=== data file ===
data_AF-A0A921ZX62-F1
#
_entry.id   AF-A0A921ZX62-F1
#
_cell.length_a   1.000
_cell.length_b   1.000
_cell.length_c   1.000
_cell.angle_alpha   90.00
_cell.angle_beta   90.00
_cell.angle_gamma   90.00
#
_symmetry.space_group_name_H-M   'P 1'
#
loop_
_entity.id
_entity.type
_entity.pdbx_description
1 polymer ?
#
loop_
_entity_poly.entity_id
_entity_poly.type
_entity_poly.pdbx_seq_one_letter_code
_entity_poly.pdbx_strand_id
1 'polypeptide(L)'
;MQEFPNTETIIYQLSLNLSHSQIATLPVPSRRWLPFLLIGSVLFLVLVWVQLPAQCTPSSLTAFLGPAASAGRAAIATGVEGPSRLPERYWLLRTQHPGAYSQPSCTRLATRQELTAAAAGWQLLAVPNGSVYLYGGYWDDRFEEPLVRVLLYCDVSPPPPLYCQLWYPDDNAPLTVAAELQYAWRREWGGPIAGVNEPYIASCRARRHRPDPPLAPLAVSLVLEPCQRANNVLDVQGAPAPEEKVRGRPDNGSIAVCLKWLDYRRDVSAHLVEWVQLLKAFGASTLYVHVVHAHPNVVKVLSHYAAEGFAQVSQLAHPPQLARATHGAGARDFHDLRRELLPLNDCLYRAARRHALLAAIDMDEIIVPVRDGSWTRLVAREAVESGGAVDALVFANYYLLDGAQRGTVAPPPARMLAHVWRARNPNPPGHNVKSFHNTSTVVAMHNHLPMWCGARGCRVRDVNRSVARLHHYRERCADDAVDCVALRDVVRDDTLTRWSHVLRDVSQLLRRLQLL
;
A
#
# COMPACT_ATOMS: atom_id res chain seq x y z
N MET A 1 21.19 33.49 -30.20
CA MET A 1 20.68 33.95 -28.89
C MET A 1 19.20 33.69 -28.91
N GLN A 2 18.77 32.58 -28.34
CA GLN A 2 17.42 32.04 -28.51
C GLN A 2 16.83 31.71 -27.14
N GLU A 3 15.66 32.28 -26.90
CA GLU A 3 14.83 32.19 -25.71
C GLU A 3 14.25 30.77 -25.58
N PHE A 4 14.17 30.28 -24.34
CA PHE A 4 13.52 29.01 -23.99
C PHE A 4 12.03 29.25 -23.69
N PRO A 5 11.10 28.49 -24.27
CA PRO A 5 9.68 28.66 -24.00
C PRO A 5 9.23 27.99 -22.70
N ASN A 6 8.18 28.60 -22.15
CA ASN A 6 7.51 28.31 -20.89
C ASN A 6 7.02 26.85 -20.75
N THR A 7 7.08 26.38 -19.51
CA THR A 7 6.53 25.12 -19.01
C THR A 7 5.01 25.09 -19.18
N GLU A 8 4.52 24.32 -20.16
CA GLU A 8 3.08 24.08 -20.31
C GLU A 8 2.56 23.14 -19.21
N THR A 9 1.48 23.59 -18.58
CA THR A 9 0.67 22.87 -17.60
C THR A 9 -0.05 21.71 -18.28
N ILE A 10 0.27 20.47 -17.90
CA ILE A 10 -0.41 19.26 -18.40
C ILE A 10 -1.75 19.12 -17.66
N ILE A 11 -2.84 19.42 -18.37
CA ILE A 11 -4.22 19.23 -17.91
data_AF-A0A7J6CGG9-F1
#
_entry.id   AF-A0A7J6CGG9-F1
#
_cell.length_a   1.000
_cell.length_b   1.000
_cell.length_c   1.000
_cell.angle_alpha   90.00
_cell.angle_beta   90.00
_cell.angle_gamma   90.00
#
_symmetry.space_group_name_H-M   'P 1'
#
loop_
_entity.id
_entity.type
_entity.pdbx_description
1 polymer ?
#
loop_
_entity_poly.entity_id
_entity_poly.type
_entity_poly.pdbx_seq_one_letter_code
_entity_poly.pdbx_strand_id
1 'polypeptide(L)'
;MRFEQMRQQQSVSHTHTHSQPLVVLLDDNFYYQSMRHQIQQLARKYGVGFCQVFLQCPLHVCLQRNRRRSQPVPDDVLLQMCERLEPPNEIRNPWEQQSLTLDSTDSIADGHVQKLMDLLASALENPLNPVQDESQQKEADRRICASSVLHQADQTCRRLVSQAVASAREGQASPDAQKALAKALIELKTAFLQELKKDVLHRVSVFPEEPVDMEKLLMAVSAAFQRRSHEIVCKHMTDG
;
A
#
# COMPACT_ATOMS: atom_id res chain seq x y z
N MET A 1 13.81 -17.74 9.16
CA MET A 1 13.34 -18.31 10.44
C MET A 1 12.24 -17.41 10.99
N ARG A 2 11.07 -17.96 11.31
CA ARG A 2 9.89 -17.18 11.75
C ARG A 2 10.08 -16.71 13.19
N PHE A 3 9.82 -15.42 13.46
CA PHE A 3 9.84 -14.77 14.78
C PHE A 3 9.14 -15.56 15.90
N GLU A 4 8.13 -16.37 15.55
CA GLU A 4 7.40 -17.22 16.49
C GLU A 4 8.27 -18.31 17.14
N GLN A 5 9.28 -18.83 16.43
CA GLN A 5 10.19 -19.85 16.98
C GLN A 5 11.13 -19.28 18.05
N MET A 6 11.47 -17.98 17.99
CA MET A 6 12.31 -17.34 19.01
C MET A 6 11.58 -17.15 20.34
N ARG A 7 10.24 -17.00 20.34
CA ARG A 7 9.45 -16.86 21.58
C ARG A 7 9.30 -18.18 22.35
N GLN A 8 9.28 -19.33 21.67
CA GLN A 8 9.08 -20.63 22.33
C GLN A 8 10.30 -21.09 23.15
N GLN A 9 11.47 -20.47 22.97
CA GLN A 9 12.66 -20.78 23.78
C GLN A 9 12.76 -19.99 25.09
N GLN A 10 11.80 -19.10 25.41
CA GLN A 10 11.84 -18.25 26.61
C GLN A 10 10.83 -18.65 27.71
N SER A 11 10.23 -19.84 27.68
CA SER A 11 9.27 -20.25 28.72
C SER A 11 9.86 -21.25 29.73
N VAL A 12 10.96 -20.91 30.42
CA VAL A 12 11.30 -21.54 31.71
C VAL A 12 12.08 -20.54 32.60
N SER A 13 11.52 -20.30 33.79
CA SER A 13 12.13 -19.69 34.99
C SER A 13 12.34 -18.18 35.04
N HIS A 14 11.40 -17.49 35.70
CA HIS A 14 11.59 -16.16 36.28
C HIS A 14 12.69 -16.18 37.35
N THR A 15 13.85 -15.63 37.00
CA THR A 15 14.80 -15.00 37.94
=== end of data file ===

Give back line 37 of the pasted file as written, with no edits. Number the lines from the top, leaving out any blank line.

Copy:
N GLU A 3 15.66 32.28 -26.90